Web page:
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Google promotes postal voting in German elections

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Google promotes the use of postal voting in the September 26 Deutscher Bundestag election. Germans who open YouTube see an “advertising” about the election.

Bondsdagverkiezingen advertentie bij openen YouTube.The Bundestag elections are on September 26, and Google has started their postal ballot campaign.

Germans who open YouTube see a pop-up from YouTube and parent company Google that reads “Bunday elections, information from Google; how to vote by mail.”

When you follow this link you will come to Google with the search "Wie wähle ich," how do I vote.

There you will find information about how to vote: you can vote by proxy, vote yourself in the voting booth and you can vote by mail.

Google could also have filled the pop-up with “Information from Google on how to vote,” but Google specifically felt it necessary to focus on postal voting. Now we know about how the postal voting in the United States can be used in voting fraud in different ways. For example, you have ballot harvesting, mail deliverers can corrupt it, etc.

Letter voting in Germany

The organizers of the elections expect to receive 50 percent by post, a very sharp increase from the previous election, when 28,6 percent of the votes were cast by post.

Postal voting was introduced in Germany in 1957, and until 2008, postal voters had to obtain permission and provide a legitimate reason for not being able to go to the local polling station.

Since 1990, the use of postal votes at the Bundestagswahl has exploded. All voting Germans receive an invitation by post to vote, and with that invitation they can apply for an Absentee Ballot. According to the authorities, all postal votes are registered and therefore prevent people from voting in the polling booth and by postal vote.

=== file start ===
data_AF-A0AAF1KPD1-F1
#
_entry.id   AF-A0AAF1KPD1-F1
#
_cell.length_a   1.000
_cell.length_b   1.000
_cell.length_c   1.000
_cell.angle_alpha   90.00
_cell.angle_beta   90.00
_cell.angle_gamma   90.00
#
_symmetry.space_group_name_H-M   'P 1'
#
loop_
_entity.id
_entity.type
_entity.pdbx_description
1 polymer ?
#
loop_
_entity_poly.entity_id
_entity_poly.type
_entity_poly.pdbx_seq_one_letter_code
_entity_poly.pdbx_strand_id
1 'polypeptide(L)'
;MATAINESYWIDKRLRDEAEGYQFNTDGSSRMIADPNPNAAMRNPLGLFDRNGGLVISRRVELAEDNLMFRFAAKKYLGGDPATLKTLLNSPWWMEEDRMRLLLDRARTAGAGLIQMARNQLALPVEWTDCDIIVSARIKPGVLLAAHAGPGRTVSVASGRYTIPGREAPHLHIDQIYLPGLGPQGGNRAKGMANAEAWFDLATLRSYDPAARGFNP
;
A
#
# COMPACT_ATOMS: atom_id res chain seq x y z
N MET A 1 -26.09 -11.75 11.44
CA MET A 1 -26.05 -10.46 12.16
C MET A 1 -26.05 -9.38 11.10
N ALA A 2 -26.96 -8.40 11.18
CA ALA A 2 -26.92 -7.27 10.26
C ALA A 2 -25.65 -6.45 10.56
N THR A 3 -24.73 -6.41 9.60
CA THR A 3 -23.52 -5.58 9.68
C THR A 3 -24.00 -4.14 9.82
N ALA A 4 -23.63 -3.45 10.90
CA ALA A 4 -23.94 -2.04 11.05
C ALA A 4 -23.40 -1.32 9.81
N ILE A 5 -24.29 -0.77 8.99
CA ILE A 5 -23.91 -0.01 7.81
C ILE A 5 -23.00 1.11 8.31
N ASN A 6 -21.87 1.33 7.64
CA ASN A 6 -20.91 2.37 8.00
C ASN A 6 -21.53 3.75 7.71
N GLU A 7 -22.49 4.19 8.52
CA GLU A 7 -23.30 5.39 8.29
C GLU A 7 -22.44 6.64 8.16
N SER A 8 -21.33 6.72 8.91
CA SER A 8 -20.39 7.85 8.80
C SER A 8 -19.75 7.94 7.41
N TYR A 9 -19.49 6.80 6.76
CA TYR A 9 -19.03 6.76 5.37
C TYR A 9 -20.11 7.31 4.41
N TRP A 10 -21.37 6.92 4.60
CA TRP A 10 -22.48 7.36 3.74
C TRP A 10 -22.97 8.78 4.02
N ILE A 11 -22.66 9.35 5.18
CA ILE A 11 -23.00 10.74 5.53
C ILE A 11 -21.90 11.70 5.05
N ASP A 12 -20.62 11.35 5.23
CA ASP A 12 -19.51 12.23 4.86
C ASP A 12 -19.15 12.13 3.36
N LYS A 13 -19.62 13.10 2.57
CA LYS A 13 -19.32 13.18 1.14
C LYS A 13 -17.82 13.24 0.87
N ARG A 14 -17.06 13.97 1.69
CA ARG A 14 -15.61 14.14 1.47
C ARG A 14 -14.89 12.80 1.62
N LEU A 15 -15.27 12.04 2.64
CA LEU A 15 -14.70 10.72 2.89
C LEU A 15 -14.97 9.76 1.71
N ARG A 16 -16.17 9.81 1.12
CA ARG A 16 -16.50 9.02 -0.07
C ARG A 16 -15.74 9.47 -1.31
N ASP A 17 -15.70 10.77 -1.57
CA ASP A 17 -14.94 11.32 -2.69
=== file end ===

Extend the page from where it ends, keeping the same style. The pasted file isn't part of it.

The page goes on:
Those who are currently watching the elections see a socialist victory in the making. The SPD just keeps on rising and the CDU/CSU, partly due to the unpopular Armin Laschet, continue their diving dive.

SPD exceeds CDU/CSU for the first time since 2002.

Less than 20 percent of Germans want Laschet, who is currently Prime Minister of North Rhine-Westphalia, to succeed Angela Merkel as Chancellor. While 53 percent of Germans want to see the current Minister of Finance and Vizekanzler Olaf Scholz as chancellor.

The CDU/CSU are at their lowest position in the polls since 2002 and that is not because of current Chancellor Angela Merkel. The reason Olaf Scholz ranks so high in the polls is because he is seen as a sort of 'continuity candidate' whose politics most closely resemble Angela Merkel's, while the successor within her own party is seen as a non-serious candidate who for example, laughs when Federal President Frank-Walter Steinmeier holds a press conference about the floods last July.


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